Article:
House Ways and Means Chairman David Camp is touting Joint Committee on Taxation (JCT) estimates showing that his new tax reform plan is revenue neutral over ten years and would boost economic growth. But, the Camp plan uses timing shifts, phase-ins of tax-rate cuts, and other maneuvers to achieve revenue neutrality in the initial decade. It quite likely would lose revenue in later decades. And if deficits swelled significantly, its economic effect wouldn't necessarily continue to be positive in later decades and might even be negative.On revenue neutrality, the plan uses revenue-raising provisions whose savings taper off or disappear after the first decade, and it includes a major tax cut whose full costs don't appear in the first decade. For example:
- The plan includes a one-time transition tax on the roughly $2 trillion of earnings multinational corporations are holding offshore that must be paid within eight years. The one-off transition tax payments generate significant revenue in the first ten years, but no revenue over the long term. Similarly, some accounting changes are designed to raise the bulk of their revenue over the four-year period ending in 2022.
- The plan's scaling back of certain tax breaks raises more revenue up front than over time. For example, the plan ends "accelerated depreciation," which allows businesses to deduct the cost of new investments at an accelerated rate. The JCT estimates show that the revenue gains from ending accelerated depreciation peak in 2019 and then dwindle. Treasury economists have found that ending accelerated depreciation saves much less revenue in the second decade than in the first, and less in the third decade than in the second.
- The plan includes changes intended to promote Roth-type retirement accounts. Chairman Camp has touted these changes as raising money to help pay for the plan's reductions in tax rates. But the retirement-account changes raise money only initially. And they do so by accelerating into the coming decade significant revenue that would otherwise be collected in later decades. As a result, they likely lose revenues in the long run. These changes would lead more filers to pay more tax up front, in return for tax breaks on their savings when they withdraw the savings in retirement. While such changes can raise revenue initially, they add to deficits in later decades as people secure the tax breaks on withdrawals from their accounts.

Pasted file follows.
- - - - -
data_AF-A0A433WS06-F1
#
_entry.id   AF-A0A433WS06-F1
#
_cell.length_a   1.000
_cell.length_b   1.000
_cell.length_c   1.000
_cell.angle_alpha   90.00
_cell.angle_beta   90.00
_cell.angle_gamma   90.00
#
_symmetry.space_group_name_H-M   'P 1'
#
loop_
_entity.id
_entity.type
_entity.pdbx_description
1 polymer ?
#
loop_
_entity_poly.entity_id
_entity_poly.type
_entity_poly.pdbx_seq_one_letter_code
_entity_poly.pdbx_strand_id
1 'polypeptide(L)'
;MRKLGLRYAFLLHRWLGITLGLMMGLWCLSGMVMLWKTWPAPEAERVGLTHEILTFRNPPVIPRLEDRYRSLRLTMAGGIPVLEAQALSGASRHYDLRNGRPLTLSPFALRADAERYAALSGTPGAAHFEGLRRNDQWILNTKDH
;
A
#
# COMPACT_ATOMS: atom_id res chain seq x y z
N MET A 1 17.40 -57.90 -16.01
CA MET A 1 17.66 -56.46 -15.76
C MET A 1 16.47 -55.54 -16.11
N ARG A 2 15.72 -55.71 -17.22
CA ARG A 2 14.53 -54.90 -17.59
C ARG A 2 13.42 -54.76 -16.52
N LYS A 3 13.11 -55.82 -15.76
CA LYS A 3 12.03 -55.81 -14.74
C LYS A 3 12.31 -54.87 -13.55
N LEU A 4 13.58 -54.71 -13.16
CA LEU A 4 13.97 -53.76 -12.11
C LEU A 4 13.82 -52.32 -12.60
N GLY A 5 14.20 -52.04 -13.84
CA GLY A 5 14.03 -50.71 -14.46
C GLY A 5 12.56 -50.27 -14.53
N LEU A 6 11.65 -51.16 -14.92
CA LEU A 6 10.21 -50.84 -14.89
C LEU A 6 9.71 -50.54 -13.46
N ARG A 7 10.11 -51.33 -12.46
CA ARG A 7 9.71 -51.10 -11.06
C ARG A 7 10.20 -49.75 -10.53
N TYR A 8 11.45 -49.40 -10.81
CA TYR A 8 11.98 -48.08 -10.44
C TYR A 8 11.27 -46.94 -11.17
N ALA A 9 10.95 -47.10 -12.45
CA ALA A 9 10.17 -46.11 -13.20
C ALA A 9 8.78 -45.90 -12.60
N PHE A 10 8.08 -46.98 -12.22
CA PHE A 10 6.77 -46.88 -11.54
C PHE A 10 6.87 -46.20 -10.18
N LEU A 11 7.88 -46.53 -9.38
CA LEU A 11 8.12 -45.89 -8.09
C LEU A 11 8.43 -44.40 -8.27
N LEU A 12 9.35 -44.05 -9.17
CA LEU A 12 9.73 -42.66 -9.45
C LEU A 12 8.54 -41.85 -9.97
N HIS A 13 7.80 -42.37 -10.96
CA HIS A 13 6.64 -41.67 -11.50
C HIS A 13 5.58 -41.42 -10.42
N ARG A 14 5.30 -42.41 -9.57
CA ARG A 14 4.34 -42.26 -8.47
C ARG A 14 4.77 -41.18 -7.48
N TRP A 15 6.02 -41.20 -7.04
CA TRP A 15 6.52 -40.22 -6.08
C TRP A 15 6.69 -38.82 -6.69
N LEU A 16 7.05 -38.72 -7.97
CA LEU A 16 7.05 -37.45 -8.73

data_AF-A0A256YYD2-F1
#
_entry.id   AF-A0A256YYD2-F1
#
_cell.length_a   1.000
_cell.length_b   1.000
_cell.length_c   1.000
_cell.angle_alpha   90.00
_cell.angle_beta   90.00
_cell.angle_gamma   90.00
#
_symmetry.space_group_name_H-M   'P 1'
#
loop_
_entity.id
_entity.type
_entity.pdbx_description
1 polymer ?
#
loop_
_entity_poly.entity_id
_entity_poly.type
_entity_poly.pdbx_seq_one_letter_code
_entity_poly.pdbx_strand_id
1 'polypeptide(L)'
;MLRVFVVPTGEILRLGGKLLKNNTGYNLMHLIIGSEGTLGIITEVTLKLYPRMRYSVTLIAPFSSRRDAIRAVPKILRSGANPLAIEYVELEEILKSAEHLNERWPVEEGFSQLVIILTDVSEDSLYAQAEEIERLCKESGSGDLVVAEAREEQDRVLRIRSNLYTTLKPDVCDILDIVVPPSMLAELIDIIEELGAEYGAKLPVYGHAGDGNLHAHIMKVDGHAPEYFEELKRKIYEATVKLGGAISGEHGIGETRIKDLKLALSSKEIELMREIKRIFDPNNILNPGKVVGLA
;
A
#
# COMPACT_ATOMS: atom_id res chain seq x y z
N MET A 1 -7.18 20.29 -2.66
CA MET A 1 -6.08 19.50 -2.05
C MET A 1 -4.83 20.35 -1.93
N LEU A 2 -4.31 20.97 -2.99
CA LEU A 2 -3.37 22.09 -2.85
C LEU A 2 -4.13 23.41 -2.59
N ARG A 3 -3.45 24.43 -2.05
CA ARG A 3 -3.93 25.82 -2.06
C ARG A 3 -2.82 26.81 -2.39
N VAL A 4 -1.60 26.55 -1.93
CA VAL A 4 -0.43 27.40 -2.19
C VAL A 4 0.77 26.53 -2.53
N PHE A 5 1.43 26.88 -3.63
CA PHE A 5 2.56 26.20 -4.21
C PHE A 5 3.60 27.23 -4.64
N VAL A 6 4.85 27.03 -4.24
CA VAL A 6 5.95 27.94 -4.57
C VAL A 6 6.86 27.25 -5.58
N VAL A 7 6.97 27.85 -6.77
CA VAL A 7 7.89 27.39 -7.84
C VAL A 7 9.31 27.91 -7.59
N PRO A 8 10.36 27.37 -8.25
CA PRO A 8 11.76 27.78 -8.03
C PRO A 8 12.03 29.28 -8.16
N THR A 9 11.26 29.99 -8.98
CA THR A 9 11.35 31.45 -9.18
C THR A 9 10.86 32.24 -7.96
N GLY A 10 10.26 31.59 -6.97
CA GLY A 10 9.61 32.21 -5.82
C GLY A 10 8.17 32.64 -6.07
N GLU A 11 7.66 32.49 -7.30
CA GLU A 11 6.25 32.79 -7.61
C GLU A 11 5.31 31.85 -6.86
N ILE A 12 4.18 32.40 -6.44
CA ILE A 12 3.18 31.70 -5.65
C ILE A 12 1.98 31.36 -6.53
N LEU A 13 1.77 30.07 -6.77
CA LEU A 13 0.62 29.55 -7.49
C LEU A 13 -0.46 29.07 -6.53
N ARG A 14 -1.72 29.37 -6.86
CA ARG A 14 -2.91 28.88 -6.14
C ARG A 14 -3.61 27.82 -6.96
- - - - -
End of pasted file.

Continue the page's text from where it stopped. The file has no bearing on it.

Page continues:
- The plan cuts the corporate tax rate from 35 percent to 25, but phases in the cut by two percentage points per year from 2015 to 2019. As a result, the JCT score shows that three-quarters of the ten-year cost of the rate cut occurs in the second half of the decade. This means it would cost less in the first decade than in all later decades (when it would be in full effect for all ten years).
But the number and magnitude of provisions that tilt in the other direction make it difficult to believe that the plan would not lose revenues over subsequent decades.
As for economic growth, Chairman Camp points to JCT's estimate that his plan would boost growth. But the JCT analysis covers only the first decade, when the plan is revenue neutral. Other studies from JCT and the Congressional Budget Office have shown that policies that raise deficits can create a drag on economic growth. So if the Camp plan swells deficits and debt in subsequent decades, as appears likely, its economic effects in those later decades are highly uncertain and could be negative.
Every bipartisan panel that has examined the nation's long-term fiscal problems has concluded that addressing them will require savings from both revenue and spending. That's why revenue neutrality is not an appropriate goal for tax reform. Yet the Camp plan, which couples temporary revenue gains with permanent rate cuts, likely fails even this inadequate test over the long run.